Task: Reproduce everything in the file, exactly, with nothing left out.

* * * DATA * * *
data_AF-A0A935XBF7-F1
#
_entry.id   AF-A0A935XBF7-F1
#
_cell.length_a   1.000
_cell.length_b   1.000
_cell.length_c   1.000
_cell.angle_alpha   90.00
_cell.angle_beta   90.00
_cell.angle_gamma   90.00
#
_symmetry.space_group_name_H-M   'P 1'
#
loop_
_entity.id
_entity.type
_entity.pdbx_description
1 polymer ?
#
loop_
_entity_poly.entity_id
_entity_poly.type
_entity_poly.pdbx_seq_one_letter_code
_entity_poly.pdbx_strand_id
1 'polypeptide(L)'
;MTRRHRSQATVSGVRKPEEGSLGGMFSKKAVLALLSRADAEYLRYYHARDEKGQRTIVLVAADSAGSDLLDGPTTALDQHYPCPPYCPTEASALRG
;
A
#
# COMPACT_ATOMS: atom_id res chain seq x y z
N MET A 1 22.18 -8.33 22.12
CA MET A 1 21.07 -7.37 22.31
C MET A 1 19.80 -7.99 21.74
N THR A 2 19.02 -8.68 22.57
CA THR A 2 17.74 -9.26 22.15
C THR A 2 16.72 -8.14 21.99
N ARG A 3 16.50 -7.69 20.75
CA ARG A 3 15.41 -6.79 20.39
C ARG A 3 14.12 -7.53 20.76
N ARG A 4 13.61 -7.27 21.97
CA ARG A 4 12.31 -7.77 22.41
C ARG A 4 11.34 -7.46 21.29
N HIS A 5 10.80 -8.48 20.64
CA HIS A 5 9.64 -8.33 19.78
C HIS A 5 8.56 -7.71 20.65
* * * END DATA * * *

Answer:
data_AF-A0A935XBF7-F1
#
_entry.id   AF-A0A935XBF7-F1
#
_cell.length_a   1.000
_cell.length_b   1.000
_cell.length_c   1.000
_cell.angle_alpha   90.00
_cell.angle_beta   90.00
_cell.angle_gamma   90.00
#
_symmetry.space_group_name_H-M   'P 1'
#
loop_
_entity.id
_entity.type
_entity.pdbx_description
1 polymer ?
#
loop_
_entity_poly.entity_id
_entity_poly.type
_entity_poly.pdbx_seq_one_letter_code
_entity_poly.pdbx_strand_id
1 'polypeptide(L)'
;MTRRHRSQATVSGVRKPEEGSLGGMFSKKAVLALLSRADAEYLRYYHARDEKGQRTIVLVAADSAGSDLLDGPTTALDQHYPCPPYCPTEASALRG
;
A
#
# COMPACT_ATOMS: atom_id res chain seq x y z
N MET A 1 22.18 -8.33 22.12
CA MET A 1 21.07 -7.37 22.31
C MET A 1 19.80 -7.99 21.74
N THR A 2 19.02 -8.68 22.57
CA THR A 2 17.74 -9.26 22.15
C THR A 2 16.72 -8.14 21.99
N ARG A 3 16.50 -7.69 20.75
CA ARG A 3 15.41 -6.79 20.39
C ARG A 3 14.12 -7.53 20.76
N ARG A 4 13.61 -7.27 21.97
CA ARG A 4 12.31 -7.77 22.41
C ARG A 4 11.34 -7.46 21.29
N HIS A 5 10.80 -8.48 20.64
CA HIS A 5 9.64 -8.33 19.78
C HIS A 5 8.56 -7.71 20.65